Date: 19 September 2009, Saturday
Time: 2.00pm – 4.00pm
Venue: Guild Hall, Kent Ridge Guildhouse
Organizers: Global Alumni Network Office
Bright eyed and idealistic, most students enroll in academia with the high hopes and expectations that it will lead them to brilliant careers and success. Reality eventually temper those expectations so they emerge as worldly-wise professionals, some more successful than others. The difference between success and mediocrity can stem from the guidance and advice of good mentors who are able to help young aspiring professionals chart their careers. Recognizing the role of mentors and the rewarding relationships that can result from successful mentorship programs, MBA Alumni – NUS and NUS MBA Club instituted the MBA Mentorship Program which links its students and its alumni.
Dr Peter Alsop (APEX 2004), Acquisitions and Divestments Project Manager at Shell, says he signed on as a mentor as “there is satisfaction in thinking that you can help others get more from their careers and their lives.” With 20 years’ professional experience, Dr Alsop says, “The appeal of mentoring has more to do with helping younger or less-experienced people see and understand things, and take perspectives they might otherwise not take until they were older, wiser or maybe just more cynical. Being a long-timer in the business they wish to enter allows me to do this.”
A good mentor-mentee fit is instrumental for a successful relationship, as Megha Mittal, currently pursuing her MBA, has found. “I was highly fortunate to get a mentor who comes from the same industry and company. This helped us to get on the same page quickly. Since my mentor is an NUS alumni and currently working with my future company, it gave me a two-fold perspective, both helping me in my MBA programme and aligning me with my future professional expectations. We clearly defined my learning objectives and tried to locate opportunities in the MBA programme to meet them, which led to my participation in many competitions and lifetime consulting projects.”
Megha’s mentor, Vikash Mishra (MBA 2007) of McKinsey & Company Association, points out that mentoring and coaching not only helps the mentee, but the mentor too. “Learning is one thing you should consider throughout your career, and your mentee can be a source of learning. I remember how Megha had done research on consulting companies, which helped me understand the different skill sets required by other consulting firms.” The knowledge acquired had practical value too, for Vikash says, “I got to know of current market opportunities; given these economic conditions, we all have to look for opportunities.” Adrian Ruzsicska (APEX 2006), Nokia’s Marketing Manager, Games, agrees that mentoring has been beneficial for him, “particularly in the areas of network extension, a fresh perspective on today’s issues, and refined access to current academic thinking.”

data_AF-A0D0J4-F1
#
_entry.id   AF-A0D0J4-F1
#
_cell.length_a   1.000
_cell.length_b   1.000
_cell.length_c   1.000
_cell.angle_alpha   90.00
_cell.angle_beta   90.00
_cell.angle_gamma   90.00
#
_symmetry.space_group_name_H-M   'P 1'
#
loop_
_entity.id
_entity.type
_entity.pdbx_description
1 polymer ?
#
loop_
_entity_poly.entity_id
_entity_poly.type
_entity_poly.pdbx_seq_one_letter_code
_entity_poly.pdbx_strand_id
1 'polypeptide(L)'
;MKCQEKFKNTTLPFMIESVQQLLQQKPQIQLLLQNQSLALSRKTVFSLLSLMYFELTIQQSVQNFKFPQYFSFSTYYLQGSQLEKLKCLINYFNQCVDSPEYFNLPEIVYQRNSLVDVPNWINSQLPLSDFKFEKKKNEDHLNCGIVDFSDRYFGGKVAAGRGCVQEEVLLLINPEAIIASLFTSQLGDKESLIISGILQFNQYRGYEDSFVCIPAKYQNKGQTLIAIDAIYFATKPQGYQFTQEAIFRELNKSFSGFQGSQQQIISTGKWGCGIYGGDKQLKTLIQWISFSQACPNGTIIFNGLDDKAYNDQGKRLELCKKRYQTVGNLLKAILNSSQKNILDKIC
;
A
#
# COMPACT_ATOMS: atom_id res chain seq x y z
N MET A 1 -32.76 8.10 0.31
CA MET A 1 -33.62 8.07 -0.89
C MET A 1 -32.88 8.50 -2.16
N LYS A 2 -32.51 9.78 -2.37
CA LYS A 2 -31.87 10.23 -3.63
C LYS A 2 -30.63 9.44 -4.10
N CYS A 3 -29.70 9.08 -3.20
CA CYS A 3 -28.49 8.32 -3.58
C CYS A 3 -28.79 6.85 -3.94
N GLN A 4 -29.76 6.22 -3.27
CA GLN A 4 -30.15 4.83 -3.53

Saurabh’s fellow mentee, Yudhishthir Agrawal, adds, “Adrian hails from a marketing background. As it matches my chosen preference of specialization, we have been able to discuss various aspects of each other’s career. It has given me the opportunity to step away from the books and gain a present-day perspective on the marketing industry.”
Andrew Hayan Lee, Dr Alsop’s mentee, feels that his mentor has given him an overall perspective on life, and not just his career. “He made me think about more philosophical issues, such as how to set goals in life. Our conversations made me step back and think about my life from a long-term perspective. He is also a counselor on life,” Andrew explains. Fellow mentee, Hnin Phyu Phyu Aung, agrees, saying “a mentor is like a guide who can show you the light“.
Learning and Lives Enriched
Another mentee of Vikash Mishra, Deepak Mohan, sums up the value committed mentors bring to their mentees. “Experience teaches you many things. Good mentors are able to share such lessons with their mentees. This complements what you learn in class, enriching the overall MBA experience.”
Read about the launch of the MBA Alumni Mentorship Program.
Florence Leow (firstname.lastname@example.org)